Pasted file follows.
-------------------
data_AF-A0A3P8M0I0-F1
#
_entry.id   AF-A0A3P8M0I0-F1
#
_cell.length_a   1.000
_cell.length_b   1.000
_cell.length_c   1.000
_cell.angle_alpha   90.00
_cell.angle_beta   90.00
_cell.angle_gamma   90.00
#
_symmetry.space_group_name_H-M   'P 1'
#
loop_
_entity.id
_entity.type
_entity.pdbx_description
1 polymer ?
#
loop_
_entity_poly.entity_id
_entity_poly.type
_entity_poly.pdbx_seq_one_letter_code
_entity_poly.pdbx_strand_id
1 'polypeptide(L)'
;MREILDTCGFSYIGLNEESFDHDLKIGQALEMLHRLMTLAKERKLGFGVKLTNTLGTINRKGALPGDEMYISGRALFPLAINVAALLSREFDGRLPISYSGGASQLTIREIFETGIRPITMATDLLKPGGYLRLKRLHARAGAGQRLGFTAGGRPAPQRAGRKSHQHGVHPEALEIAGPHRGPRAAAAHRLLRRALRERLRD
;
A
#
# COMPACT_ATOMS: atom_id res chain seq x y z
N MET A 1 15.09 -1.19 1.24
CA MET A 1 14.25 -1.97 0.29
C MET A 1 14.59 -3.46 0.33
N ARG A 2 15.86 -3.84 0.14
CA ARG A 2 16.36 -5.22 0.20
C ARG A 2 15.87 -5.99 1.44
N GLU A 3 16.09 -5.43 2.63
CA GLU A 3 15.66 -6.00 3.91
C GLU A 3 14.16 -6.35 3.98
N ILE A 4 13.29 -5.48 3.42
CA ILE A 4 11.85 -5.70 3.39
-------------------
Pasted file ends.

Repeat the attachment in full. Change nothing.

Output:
data_AF-A0A3P8M0I0-F1
#
_entry.id   AF-A0A3P8M0I0-F1
#
_cell.length_a   1.000
_cell.length_b   1.000
_cell.length_c   1.000
_cell.angle_alpha   90.00
_cell.angle_beta   90.00
_cell.angle_gamma   90.00
#
_symmetry.space_group_name_H-M   'P 1'
#
loop_
_entity.id
_entity.type
_entity.pdbx_description
1 polymer ?
#
loop_
_entity_poly.entity_id
_entity_poly.type
_entity_poly.pdbx_seq_one_letter_code
_entity_poly.pdbx_strand_id
1 'polypeptide(L)'
;MREILDTCGFSYIGLNEESFDHDLKIGQALEMLHRLMTLAKERKLGFGVKLTNTLGTINRKGALPGDEMYISGRALFPLAINVAALLSREFDGRLPISYSGGASQLTIREIFETGIRPITMATDLLKPGGYLRLKRLHARAGAGQRLGFTAGGRPAPQRAGRKSHQHGVHPEALEIAGPHRGPRAAAAHRLLRRALRERLRD
;
A
#
# COMPACT_ATOMS: atom_id res chain seq x y z
N MET A 1 15.09 -1.19 1.24
CA MET A 1 14.25 -1.97 0.29
C MET A 1 14.59 -3.46 0.33
N ARG A 2 15.86 -3.84 0.14
CA ARG A 2 16.36 -5.22 0.20
C ARG A 2 15.87 -5.99 1.44
N GLU A 3 16.09 -5.43 2.63
CA GLU A 3 15.66 -6.00 3.91
C GLU A 3 14.16 -6.35 3.98
N ILE A 4 13.29 -5.48 3.42
CA ILE A 4 11.85 -5.70 3.39